- Fletcher Granite Company, LLC
- Chapter 11 liquidation of largest U.S. supplier of granite curb
- BrandMuscle, Inc.
- Aquisition of Saepio Technologies, Inc.
- Frazer Capital & Co.
- Sale of Back Bay portfolio
New Immigration Path for Foreign Entrepreneurs
January 20, 2017
The U.S. Citizenship & Immigration Service (USCIS) published a new rule this week, on January 17, 2017, announcing a new immigration option for foreign entrepreneurs. Effective July 17, 2017, eligible foreign entrepreneurs can be admitted up to 5 years to start and work at their own U.S. businesses under this new “parole” category. Applicants can be granted up to 2.5 years initially, and can apply to extend the parole for an additional 2.5 years, for a total of 5 years. Up to three entrepreneurs can apply for parole per U.S. start-up.
There are several criteria that the entrepreneur must satisfy to obtain the initial parole, including showing that: (1) s/he owns at least 10% of the new U.S. business, (2) the U.S. business was formed in the last 5 years, (3) s/he will have an active and central role in the operations and future growth of the new business, (4) the U.S. business is the recipient of either at least $250,000 in U.S. capital investment, or at least $100,000 in government funding, (5) the business will provide a significant public benefit to the U.S and has potential for rapid business growth and job creation, and (6) the household income of the entrepreneur is greater than 400% of the Federal poverty guideline.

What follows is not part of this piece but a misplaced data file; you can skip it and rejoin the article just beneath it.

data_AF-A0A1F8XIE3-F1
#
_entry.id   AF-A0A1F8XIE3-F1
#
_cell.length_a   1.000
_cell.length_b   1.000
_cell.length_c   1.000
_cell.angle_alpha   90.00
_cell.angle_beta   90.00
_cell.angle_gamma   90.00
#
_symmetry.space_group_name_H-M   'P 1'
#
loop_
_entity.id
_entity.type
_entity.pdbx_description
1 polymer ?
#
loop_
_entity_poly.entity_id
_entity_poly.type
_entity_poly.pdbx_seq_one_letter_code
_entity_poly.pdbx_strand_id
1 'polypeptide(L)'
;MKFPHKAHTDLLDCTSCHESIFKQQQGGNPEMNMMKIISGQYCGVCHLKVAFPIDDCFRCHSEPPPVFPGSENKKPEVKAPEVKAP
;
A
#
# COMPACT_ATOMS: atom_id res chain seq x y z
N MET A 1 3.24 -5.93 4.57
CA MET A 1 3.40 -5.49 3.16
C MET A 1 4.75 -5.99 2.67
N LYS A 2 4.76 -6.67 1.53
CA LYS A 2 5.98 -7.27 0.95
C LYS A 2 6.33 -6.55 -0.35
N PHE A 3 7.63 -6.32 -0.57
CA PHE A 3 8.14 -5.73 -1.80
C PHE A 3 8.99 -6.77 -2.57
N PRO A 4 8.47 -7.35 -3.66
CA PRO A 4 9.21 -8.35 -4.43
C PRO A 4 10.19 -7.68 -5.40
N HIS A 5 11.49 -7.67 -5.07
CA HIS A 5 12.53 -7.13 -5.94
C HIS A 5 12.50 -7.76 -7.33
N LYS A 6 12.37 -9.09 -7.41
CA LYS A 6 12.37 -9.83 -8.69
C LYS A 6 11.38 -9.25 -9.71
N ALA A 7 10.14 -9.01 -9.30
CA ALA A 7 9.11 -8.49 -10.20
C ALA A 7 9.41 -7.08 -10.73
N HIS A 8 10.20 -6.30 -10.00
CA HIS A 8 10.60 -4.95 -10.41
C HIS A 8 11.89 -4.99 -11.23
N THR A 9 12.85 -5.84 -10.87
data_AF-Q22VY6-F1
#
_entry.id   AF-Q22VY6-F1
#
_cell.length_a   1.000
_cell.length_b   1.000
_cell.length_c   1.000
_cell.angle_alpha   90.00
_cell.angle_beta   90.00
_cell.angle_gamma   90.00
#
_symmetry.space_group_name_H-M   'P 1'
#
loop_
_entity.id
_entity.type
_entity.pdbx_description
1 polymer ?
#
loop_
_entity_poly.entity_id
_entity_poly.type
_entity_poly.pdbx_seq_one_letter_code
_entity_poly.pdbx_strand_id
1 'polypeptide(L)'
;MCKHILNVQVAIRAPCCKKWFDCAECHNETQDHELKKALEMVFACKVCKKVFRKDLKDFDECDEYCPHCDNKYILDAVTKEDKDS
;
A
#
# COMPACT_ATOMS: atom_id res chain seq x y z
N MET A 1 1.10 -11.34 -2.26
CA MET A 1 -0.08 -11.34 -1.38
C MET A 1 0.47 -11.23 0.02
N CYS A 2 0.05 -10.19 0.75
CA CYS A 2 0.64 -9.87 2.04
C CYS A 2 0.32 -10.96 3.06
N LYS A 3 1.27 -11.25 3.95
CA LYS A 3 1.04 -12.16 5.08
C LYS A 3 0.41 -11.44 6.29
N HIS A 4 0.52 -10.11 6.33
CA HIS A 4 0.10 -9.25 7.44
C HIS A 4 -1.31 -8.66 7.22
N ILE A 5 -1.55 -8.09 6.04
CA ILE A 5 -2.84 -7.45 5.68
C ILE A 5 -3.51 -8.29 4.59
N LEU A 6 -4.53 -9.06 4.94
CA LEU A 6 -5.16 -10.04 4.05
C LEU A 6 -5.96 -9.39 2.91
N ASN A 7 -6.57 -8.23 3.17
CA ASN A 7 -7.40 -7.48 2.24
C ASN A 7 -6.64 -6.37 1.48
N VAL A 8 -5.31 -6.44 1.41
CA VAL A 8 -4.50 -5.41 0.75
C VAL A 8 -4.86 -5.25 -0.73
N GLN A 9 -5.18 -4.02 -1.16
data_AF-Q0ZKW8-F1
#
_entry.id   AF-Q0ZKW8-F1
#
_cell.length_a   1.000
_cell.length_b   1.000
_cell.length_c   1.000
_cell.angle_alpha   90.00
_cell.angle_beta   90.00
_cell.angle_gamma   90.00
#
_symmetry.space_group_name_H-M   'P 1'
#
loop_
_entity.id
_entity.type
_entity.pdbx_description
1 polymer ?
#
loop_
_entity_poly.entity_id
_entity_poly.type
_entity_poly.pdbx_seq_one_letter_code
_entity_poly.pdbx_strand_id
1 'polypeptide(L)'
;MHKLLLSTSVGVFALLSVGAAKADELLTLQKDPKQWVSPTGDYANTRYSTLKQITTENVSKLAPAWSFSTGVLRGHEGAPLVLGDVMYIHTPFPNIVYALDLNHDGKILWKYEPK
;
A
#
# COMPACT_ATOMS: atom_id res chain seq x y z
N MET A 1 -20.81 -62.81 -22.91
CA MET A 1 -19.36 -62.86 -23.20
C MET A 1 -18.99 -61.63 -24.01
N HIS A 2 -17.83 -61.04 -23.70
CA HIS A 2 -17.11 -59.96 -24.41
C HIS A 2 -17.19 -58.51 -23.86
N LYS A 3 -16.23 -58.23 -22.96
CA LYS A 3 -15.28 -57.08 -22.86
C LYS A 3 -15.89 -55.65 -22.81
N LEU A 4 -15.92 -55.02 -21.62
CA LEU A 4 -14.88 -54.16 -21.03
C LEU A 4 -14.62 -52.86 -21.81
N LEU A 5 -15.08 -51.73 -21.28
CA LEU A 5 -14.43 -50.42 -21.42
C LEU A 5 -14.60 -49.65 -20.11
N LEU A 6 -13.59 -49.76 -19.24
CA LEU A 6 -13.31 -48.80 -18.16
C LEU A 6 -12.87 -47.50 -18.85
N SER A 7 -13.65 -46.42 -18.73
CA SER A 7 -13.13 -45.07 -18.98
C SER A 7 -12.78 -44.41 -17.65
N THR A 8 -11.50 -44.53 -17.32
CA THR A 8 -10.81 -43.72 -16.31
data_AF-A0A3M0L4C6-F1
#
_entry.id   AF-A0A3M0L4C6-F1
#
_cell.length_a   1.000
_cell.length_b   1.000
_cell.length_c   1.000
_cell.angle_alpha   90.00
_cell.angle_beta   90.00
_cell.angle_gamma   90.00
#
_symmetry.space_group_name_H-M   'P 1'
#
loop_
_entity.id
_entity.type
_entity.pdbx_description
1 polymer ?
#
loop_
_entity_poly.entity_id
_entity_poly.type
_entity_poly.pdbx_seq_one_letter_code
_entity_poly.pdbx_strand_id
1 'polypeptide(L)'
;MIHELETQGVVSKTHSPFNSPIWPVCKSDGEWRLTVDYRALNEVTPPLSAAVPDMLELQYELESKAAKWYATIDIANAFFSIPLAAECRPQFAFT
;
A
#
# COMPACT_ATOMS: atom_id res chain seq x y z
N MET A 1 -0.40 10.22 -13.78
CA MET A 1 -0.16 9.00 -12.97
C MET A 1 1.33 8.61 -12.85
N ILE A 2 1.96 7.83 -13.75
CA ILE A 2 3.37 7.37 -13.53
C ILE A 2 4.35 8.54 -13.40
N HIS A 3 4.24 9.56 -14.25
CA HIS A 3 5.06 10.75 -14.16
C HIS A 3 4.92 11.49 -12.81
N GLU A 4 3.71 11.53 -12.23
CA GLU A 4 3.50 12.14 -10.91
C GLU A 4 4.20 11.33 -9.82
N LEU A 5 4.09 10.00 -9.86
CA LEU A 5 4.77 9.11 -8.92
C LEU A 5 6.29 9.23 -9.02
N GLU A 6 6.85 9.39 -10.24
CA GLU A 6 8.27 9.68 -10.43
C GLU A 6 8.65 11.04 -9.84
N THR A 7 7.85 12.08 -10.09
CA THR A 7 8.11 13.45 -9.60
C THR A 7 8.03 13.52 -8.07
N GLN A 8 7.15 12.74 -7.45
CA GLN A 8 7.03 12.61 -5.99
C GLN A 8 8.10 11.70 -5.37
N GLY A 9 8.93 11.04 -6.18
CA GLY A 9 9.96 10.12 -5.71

To determine whether the foreign national is well-positioned to operate and grow the business, the USCIS may look at factors such as: (1) letters from governmental agencies, investors, or business associations explaining that the foreign national has the knowledge, skill, and experience to grow the business, (2) news articles indicating that the applicant received significant attention and recognition in the field, (3) whether the applicant or entity participated in, or is participating in, a reputable and established incubator or accelerator, (4) the applicants’ experiential and educational background (including any prior successes in operating start-ups), and (5) any intellectual property obtained as a result of the applicant’s expertise.
For the extension, the entrepreneur must show the same general categories of criteria (except that his/her ownership can decrease to 5%) and, in addition, show that it achieved at least one of the following during the initial parole period: (1) the business received an additional $500,000 in U.S. investments or government funding, (2) the business reached at least $500,000 in annual revenue generated in the U.S., with an average annualized revenue growth of at least 20%, or (3) the business created at least 5 full-time jobs for U.S. workers.
Spouses can apply for work authorization once they enter the U.S., allowing them to work anywhere in any capacity in the U.S., including opening their own businesses or working for the spouse’s business.
This new immigration route is designed to increase entrepreneurship, innovation and job creation in the U.S. The USCIS estimates that about 2,940 foreign entrepreneurs will avail themselves of this new immigration path in the first year, and that 3,234 spouses will obtain work authorization and enter the US workforce. This benefits both the foreign entrepreneur and his/her family, and also the U.S. economy with job creation and an influx of capital into the economy. The USCIS estimates that, based on where foreign nationals own the most shares of new businesses in the U.S., the most likely sectors to be actively involved in this new parole category will be health care, professional, scientific, and technical services, manufacturing, and management.